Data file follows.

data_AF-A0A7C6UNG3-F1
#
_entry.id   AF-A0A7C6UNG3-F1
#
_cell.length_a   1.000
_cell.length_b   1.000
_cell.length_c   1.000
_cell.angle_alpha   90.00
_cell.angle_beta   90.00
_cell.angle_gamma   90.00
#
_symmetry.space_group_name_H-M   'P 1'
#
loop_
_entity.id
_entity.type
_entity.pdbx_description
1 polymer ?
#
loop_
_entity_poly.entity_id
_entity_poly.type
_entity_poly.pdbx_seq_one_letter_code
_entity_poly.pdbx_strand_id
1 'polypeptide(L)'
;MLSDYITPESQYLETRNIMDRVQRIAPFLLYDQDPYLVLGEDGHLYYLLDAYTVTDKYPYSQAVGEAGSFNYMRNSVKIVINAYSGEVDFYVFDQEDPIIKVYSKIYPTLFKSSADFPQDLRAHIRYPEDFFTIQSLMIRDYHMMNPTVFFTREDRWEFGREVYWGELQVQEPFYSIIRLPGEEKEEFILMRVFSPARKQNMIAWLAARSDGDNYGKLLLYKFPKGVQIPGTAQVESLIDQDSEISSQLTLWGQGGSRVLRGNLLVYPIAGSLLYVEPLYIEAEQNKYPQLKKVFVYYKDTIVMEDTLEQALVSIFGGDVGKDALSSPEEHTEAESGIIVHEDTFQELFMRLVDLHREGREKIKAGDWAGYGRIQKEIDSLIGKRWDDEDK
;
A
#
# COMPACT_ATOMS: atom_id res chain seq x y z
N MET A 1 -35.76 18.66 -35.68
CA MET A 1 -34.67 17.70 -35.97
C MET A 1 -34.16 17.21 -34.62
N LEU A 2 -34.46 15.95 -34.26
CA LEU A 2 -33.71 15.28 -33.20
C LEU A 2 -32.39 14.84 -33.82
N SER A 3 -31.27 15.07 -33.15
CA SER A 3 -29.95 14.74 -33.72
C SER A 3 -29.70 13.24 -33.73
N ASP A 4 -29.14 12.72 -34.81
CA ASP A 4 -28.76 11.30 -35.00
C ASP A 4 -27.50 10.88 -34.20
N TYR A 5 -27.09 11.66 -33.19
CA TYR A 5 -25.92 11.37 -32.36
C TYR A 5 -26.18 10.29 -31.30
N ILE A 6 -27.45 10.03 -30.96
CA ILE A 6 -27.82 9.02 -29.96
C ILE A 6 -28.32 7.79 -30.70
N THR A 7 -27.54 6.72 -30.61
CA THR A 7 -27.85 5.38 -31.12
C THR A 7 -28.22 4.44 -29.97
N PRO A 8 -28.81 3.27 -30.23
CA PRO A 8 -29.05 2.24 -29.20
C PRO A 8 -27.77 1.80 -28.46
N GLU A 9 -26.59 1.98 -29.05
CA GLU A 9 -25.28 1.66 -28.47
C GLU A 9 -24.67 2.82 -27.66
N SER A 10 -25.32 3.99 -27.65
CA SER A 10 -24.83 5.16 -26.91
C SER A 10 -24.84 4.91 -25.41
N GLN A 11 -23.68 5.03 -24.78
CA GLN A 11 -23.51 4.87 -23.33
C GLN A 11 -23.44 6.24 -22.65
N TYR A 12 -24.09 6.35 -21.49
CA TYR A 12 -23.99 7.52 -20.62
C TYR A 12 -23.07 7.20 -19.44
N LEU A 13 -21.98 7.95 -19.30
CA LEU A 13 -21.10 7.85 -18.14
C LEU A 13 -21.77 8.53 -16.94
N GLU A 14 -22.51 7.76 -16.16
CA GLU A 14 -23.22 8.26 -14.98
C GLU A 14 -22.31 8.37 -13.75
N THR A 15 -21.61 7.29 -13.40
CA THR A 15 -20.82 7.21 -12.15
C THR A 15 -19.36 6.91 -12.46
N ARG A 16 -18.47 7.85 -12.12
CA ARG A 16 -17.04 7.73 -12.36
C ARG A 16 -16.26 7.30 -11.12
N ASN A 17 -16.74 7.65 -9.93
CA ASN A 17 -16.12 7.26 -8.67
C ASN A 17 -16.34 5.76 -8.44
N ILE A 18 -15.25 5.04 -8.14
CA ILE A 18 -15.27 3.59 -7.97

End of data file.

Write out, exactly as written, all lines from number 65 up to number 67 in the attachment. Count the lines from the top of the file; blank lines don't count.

CA TYR A 12 -23.99 7.52 -20.62
C TYR A 12 -23.07 7.20 -19.44
N LEU A 13 -21.98 7.95 -19.30